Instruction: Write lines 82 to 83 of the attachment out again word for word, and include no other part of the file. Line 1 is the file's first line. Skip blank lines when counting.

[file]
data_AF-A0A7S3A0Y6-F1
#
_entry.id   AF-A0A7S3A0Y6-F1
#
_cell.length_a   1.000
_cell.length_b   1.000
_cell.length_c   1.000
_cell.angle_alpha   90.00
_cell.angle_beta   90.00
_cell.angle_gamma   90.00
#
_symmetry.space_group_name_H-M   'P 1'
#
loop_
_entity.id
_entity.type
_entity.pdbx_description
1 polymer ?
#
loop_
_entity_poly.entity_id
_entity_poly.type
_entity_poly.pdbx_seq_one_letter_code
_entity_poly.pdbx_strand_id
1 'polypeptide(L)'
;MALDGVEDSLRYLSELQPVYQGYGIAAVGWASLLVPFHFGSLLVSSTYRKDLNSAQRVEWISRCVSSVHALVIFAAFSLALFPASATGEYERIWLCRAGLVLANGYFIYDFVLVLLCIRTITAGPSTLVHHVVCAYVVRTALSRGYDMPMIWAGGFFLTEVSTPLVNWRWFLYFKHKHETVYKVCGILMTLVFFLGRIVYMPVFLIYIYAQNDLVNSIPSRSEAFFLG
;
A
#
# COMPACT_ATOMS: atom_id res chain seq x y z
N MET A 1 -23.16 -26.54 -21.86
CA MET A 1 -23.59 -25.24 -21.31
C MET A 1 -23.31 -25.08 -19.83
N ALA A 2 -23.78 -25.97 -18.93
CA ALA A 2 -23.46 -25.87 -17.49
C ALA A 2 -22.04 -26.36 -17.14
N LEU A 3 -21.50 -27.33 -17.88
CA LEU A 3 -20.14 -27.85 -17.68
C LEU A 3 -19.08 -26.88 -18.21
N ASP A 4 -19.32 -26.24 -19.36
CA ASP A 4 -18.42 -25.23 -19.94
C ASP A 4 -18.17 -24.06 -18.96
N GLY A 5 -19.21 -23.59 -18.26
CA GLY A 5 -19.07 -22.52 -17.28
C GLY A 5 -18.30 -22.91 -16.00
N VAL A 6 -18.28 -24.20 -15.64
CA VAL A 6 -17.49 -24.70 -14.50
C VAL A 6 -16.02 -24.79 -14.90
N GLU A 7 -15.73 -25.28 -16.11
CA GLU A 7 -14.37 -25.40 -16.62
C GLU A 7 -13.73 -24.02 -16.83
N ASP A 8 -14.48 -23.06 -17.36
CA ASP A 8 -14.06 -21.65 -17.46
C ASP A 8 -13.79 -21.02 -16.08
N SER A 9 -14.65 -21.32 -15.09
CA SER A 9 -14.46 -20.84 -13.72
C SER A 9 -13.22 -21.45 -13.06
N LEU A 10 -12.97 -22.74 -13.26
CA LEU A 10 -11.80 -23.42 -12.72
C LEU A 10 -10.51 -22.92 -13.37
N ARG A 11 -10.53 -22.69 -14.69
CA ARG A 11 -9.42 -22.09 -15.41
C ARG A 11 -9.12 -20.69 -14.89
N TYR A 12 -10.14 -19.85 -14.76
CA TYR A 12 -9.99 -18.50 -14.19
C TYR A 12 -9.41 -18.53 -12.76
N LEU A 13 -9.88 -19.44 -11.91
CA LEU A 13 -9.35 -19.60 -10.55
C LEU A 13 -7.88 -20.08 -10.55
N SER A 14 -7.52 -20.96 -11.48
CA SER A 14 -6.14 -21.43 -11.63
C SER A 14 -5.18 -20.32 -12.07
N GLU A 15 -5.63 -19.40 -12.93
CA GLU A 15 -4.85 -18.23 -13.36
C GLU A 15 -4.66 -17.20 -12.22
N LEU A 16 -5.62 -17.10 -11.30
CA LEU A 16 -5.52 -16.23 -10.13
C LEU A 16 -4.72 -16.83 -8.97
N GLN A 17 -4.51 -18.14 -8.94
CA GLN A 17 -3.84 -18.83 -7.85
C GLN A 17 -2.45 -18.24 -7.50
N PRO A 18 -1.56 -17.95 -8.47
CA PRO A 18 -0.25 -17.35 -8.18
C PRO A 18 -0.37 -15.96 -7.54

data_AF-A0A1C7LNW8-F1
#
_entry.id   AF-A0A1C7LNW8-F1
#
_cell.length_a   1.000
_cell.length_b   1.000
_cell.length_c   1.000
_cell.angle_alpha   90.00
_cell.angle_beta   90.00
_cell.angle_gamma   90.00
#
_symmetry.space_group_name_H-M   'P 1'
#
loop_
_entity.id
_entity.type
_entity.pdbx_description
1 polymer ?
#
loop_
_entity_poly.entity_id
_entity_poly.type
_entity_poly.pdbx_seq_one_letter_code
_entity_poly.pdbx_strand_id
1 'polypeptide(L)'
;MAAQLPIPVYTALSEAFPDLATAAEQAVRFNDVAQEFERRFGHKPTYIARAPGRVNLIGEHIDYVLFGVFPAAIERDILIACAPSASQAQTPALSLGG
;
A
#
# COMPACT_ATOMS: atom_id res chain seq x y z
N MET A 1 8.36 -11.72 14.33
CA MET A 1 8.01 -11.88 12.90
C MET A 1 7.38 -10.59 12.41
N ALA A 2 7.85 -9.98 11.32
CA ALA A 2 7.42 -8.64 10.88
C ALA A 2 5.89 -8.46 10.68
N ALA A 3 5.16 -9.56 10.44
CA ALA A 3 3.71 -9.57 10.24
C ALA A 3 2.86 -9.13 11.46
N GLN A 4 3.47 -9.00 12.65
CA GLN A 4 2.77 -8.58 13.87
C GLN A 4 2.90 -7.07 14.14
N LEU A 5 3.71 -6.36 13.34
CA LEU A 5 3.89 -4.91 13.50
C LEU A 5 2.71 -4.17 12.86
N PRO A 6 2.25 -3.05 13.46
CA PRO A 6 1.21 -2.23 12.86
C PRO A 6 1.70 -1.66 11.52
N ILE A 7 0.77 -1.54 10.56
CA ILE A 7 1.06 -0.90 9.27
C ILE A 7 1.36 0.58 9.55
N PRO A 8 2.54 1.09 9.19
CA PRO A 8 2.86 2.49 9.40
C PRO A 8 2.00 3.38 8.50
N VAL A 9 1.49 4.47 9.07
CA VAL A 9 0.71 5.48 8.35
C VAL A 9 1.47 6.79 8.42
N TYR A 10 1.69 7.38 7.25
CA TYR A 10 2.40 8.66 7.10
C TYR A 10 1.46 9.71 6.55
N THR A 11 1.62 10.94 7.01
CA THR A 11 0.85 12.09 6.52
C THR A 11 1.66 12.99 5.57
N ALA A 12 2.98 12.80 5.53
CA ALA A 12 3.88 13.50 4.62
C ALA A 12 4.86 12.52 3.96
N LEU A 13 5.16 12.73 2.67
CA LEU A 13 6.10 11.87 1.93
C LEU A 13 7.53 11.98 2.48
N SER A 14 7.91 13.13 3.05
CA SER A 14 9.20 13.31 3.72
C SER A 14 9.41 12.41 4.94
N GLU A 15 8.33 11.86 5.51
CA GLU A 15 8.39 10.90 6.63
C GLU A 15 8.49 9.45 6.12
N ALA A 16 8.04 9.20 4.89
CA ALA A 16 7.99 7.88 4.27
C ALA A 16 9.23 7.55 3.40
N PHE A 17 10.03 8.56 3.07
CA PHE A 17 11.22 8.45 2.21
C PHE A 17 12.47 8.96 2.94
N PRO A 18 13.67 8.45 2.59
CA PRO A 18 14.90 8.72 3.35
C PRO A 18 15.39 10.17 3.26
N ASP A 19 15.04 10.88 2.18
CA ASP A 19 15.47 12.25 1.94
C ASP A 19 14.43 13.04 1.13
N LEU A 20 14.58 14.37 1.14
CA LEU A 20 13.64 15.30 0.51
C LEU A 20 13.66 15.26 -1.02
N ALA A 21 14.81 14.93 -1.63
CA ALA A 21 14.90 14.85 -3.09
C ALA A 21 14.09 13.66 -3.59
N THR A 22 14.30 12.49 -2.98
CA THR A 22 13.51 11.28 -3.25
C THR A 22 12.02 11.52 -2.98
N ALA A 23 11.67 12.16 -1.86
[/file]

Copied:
N PRO A 18 -1.56 -17.95 -8.47
CA PRO A 18 -0.25 -17.35 -8.18